- Associated Press - Friday, February 12, 2016

MONTGOMERY, Ala. (AP) - An Alabama family has lost its fight over artifacts supposedly owned by the author of the Declaration of Independence, Thomas Jefferson.

The Alabama Supreme Court on Friday sided with the Thomas Jefferson Foundation in a lawsuit filed by the estate of Emma Jordan of Fort Payne.

Court records show Jordan inherited a dressing table and a cabinet called a filing press that were both believed to belong to the third U.S. president. Both were loaned to Jefferson’s Monticello estate in Virginia.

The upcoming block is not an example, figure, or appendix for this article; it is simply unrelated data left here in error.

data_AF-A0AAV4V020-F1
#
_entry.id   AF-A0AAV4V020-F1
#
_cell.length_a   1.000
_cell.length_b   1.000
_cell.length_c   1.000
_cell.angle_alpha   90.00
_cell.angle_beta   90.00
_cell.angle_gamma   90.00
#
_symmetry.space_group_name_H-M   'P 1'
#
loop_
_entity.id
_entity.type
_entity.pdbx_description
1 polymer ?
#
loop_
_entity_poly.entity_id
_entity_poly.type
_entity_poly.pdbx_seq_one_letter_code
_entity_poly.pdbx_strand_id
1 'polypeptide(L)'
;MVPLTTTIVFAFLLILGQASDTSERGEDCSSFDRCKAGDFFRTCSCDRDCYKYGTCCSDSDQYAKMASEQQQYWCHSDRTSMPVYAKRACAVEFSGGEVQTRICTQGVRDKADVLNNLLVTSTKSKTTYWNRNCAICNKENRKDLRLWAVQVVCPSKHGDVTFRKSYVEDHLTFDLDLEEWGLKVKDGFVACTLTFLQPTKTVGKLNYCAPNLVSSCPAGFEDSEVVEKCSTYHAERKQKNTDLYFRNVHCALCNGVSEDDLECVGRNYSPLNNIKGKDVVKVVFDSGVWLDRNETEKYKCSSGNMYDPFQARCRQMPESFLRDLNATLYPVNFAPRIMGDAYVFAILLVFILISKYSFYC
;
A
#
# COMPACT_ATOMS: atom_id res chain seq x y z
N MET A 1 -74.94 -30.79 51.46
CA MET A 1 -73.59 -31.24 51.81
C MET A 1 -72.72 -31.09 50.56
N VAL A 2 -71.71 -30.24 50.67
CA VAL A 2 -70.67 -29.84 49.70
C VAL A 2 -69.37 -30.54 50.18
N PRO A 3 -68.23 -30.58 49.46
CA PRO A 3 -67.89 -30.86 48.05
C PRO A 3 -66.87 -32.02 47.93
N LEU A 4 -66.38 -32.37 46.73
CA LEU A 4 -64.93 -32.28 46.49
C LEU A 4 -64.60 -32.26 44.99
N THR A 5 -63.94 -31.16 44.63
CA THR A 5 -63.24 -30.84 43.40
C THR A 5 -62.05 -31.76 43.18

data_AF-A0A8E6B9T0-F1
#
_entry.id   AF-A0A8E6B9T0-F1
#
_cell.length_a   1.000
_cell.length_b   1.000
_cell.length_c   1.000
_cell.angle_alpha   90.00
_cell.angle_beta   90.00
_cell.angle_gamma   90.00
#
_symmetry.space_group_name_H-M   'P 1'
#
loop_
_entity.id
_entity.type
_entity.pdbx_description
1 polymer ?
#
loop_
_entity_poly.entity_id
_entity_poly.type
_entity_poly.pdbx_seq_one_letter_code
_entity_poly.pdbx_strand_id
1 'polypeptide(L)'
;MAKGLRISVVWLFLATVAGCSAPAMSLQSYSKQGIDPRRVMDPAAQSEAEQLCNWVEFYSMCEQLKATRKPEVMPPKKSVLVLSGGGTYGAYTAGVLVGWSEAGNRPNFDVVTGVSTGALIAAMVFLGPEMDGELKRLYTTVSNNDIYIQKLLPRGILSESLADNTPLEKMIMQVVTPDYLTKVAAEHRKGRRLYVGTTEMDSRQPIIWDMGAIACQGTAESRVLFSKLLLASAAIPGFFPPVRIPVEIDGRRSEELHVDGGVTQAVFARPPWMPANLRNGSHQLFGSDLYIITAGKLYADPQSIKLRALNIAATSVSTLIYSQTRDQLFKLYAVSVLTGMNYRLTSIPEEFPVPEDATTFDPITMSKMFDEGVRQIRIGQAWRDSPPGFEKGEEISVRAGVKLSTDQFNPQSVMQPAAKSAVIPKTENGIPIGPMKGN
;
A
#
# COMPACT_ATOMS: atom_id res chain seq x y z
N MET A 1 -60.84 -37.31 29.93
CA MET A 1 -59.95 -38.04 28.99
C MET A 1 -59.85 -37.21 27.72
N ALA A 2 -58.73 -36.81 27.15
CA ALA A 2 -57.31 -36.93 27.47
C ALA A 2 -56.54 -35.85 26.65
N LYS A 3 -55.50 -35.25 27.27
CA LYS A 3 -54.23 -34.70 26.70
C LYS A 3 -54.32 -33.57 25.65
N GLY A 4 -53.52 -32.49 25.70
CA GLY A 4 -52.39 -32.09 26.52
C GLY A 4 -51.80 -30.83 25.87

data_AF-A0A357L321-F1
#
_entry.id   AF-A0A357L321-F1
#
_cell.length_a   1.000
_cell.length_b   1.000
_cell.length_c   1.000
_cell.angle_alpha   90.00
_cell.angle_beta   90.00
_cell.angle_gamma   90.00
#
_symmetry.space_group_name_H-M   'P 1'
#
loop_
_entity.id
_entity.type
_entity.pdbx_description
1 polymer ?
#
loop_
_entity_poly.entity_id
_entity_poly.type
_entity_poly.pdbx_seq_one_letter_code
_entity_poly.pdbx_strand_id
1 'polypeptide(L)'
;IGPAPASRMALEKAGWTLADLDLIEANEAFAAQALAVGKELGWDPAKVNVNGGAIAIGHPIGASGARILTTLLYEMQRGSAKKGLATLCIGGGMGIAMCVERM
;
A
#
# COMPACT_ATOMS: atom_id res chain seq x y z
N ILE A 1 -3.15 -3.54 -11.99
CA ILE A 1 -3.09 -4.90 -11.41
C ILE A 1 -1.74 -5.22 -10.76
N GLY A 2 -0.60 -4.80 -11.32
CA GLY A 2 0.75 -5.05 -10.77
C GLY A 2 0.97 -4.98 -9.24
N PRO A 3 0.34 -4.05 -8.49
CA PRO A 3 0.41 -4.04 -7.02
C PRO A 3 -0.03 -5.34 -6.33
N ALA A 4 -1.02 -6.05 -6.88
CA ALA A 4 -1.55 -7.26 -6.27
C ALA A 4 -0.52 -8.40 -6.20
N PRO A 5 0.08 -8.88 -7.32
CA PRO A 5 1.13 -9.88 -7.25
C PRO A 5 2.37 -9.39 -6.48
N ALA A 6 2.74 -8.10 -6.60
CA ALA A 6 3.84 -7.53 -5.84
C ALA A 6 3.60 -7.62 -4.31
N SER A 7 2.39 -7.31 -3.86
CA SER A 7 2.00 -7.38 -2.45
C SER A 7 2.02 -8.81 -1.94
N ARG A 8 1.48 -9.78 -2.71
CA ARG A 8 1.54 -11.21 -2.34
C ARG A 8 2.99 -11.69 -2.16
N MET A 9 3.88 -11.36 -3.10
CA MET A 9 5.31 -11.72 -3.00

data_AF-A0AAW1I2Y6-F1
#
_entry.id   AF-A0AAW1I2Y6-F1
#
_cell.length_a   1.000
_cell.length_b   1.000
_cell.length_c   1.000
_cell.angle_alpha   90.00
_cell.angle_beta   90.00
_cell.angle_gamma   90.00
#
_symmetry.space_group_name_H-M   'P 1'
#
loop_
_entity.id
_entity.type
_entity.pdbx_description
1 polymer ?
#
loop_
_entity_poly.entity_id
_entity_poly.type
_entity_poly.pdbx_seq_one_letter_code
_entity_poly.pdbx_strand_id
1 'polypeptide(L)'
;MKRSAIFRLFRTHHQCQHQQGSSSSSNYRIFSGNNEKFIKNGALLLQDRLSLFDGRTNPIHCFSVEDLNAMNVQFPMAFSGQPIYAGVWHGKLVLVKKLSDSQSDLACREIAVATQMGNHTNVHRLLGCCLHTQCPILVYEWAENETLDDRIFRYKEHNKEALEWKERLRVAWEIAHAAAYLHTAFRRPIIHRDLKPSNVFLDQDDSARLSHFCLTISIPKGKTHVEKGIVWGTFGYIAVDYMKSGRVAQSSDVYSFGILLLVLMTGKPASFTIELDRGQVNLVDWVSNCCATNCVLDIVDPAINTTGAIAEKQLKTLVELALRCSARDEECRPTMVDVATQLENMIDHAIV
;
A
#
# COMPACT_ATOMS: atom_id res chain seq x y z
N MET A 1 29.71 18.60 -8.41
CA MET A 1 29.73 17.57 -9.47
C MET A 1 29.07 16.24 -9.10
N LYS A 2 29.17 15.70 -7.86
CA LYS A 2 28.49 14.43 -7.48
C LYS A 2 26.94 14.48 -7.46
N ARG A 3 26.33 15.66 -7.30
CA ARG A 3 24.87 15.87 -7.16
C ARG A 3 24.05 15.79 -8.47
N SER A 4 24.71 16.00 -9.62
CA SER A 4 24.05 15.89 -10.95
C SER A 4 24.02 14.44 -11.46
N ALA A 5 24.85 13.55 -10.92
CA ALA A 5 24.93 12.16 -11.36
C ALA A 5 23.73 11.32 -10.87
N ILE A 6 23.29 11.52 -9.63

Relatives of Jordan eventually tried to sell the dressing table, but questions arose about its authenticity. And the cabinet was valued at around $30,000 instead of $4 million, allegedly because of conservation work.

The Supreme Court ruled the foundation should win a lawsuit over the value of the items.

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